• Highlighted the importance of alignment within the G7 and with non-G7 countries to develop emissions measurement methodologies and standards for materials 
  • Highlighted the need to reduce the risk of carbon leakage and adhere to international trade principles 
  • Affirmed the need for cooperation on promoting a free and fair international economic system and consistent methodologies for the measurement of embedded emissions 

The Importance of Embracing Interoperability 

Not evident from the G7 Ministers’ commitments was an agreement to embrace the importance of interoperability of emissions data systems for traded goods and set a time-based goal for a framework on interoperability. Interoperability would ensure that carbon accounting definitions, standards, and methodologies would be consistent across countries to accurately assess emissions. Interoperability would allow countries to have their own independent policies but ensure that each country’s system is part of a cohesive effort to meet climate goals. CCAT members recommended that the Ministers agree to strive toward the interoperability of emissions data systems, coordinate to refine product-level emissions accounting, and set a deadline by which a common framework for emissions accounting could be developed. Adopting those recommendations are important because they provide a starting point for coordinating standards and verification protocols and building an international system that deepens collaboration on reducing GHG emissions intensity and that avoids conflict. G7 action along these lines would help several of the world’s largest economies and their closest partners to articulate a framework upon which they can build, while also providing useful input to continuing global discussions beyond the G7.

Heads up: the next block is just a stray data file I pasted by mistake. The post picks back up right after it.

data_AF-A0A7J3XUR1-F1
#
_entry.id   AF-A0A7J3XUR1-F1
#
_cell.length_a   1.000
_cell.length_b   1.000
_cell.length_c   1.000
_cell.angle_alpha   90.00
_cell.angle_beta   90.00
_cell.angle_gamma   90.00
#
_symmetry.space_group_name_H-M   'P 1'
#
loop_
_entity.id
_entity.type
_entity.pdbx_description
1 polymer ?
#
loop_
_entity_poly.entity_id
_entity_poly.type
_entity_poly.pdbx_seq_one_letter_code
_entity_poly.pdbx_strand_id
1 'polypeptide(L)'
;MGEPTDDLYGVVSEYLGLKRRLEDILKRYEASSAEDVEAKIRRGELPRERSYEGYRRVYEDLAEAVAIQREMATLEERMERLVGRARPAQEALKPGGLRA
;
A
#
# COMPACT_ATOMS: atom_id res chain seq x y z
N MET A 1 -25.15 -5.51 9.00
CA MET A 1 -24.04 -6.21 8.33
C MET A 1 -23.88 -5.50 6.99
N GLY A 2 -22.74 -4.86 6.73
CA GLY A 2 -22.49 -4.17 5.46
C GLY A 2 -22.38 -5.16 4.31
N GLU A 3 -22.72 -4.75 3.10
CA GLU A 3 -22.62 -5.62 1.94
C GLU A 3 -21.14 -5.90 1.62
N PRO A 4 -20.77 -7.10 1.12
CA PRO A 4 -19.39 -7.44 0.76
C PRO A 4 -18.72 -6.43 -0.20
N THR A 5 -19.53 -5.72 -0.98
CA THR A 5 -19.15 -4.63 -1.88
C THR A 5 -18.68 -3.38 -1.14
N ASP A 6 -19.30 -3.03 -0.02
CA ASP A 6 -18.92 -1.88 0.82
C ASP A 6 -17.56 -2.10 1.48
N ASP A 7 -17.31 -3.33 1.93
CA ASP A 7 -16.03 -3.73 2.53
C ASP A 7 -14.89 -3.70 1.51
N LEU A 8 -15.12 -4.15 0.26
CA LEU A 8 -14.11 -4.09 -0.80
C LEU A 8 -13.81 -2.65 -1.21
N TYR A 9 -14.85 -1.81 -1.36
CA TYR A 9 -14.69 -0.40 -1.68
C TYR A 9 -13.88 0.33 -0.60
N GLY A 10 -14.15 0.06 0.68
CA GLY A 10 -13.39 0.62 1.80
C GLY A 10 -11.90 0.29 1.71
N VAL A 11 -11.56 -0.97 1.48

While the Ministers did not introduce a concept of interoperable methodologies to support tradability of goods in heavy industries, they did embrace interoperability for hydrogen. In their communiqué, the Ministers acknowledged the need to develop a consistent methodology to calculate the emissions associated with hydrogen and shared a commitment to “work towards mutual recognition mechanisms based on climate, environmental, and social criteria in order to ensure carbon intensity-based tradability, transparency, robustness and trustworthiness.” Along this very clear line, if interoperability is proposed for hydrogen, it should also be embraced for steel and similar traded goods. The G7 Ministers’ statement on hydrogen opens the opportunity to expand interoperability to traded goods in heavy industries.  

The G7 has another opportunity to enhance its commitment to align climate and trade policies, with an emphasis on interoperability of emissions data systems, when G7 Leaders meet in Apulia, Italy between June 13-15, 2024. We urge them to consider building on progress from the ministerial summit to elevate climate-aligned trade, industrial decarbonization, and data interoperability as priorities for G7 leadership. 

*The insights in this article are those of Climate Advisers and may not necessarily represent the perspectives of all those associated with CCAT.